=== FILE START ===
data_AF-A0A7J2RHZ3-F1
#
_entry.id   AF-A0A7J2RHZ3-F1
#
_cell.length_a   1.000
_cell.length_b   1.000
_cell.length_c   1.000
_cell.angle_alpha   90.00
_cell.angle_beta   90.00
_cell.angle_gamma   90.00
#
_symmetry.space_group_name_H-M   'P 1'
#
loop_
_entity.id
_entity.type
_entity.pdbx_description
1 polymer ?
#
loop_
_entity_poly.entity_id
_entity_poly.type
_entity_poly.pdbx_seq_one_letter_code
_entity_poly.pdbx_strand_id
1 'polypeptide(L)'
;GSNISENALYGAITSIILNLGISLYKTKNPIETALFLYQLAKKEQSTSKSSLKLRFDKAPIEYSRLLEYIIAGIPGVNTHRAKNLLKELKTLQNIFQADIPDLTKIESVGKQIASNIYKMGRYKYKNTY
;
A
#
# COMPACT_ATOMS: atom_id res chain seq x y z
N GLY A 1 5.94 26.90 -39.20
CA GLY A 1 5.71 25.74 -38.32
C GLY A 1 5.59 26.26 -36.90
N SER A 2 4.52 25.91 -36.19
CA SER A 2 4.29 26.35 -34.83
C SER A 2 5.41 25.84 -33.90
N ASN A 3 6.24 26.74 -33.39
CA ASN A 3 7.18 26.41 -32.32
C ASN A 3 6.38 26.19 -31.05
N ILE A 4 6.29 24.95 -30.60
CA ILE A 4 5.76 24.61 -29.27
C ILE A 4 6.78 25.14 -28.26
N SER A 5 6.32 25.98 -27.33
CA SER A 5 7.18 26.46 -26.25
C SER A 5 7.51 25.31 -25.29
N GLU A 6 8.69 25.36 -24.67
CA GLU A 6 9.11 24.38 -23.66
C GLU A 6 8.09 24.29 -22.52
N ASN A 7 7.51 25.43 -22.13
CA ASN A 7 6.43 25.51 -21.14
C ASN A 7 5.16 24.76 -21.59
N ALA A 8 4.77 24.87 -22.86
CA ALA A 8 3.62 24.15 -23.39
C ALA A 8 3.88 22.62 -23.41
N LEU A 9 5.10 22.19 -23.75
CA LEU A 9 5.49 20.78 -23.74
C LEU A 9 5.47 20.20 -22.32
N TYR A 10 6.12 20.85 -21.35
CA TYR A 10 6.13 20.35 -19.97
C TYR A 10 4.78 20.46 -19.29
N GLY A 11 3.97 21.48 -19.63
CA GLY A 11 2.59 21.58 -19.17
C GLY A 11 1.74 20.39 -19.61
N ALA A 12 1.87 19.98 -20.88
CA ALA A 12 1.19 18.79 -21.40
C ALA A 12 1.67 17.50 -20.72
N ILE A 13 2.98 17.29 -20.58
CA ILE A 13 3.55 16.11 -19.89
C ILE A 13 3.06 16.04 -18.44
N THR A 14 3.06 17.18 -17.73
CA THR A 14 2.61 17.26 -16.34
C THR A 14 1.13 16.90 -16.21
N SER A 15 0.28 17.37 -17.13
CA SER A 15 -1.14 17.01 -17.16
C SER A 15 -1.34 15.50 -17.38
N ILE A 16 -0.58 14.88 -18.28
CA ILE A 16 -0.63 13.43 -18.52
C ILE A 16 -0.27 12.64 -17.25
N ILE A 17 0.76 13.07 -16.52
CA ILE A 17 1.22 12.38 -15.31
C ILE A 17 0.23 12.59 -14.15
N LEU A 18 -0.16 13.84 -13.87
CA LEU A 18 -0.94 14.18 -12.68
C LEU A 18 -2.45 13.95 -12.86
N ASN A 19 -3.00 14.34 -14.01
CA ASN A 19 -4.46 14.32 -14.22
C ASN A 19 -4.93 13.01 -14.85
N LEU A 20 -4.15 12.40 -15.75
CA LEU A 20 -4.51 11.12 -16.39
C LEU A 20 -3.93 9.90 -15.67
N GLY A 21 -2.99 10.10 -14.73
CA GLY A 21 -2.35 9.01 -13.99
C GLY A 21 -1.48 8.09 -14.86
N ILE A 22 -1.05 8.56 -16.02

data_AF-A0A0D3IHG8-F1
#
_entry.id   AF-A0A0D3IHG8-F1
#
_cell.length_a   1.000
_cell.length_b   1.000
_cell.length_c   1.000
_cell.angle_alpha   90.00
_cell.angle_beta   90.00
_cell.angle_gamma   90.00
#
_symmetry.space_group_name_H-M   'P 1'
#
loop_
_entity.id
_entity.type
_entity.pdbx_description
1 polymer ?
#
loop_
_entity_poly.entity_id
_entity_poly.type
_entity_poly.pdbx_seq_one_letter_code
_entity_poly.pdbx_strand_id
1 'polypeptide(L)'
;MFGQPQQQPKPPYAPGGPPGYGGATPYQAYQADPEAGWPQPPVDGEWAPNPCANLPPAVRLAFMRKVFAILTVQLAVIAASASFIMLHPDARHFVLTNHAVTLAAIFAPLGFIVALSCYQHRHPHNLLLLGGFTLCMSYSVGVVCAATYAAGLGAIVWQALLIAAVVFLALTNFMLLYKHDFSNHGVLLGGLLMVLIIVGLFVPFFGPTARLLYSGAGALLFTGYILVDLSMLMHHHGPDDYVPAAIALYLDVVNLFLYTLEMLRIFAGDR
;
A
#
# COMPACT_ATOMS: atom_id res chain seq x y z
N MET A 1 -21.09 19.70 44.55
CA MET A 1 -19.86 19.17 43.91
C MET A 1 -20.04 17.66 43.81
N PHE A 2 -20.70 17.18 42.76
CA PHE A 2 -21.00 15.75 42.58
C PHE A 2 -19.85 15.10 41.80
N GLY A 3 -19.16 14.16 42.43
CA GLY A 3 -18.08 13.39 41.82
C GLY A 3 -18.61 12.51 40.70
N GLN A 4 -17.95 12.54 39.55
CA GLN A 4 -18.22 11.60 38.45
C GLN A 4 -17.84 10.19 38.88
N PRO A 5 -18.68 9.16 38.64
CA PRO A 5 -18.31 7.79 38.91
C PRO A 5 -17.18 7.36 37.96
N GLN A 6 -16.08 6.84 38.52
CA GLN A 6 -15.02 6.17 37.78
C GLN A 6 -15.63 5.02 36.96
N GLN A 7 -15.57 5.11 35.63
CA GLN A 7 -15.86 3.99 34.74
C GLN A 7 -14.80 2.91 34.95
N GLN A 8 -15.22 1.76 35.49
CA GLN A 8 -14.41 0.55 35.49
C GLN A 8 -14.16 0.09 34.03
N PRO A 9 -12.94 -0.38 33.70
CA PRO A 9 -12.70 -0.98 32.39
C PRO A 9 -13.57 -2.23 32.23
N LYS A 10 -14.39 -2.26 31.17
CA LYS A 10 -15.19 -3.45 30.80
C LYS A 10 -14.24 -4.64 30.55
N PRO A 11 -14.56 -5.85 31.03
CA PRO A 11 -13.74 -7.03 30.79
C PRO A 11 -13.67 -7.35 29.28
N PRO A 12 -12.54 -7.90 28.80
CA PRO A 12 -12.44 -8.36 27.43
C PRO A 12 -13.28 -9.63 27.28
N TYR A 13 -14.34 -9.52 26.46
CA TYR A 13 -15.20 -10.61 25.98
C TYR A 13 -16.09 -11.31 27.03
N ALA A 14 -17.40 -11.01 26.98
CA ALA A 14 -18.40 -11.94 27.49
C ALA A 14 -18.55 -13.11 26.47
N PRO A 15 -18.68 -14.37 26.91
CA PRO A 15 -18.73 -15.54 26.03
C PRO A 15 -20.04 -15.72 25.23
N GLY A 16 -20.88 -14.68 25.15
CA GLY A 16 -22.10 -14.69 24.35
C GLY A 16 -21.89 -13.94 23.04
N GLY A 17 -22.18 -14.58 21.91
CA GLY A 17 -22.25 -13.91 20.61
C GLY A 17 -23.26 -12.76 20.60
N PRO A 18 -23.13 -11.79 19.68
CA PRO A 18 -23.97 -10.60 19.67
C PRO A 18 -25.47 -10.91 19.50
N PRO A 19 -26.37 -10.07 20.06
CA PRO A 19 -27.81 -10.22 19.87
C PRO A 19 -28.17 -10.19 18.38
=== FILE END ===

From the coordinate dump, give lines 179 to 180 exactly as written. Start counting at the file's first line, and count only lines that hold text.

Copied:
N PRO A 19 -26.37 -10.07 20.06
CA PRO A 19 -27.81 -10.22 19.87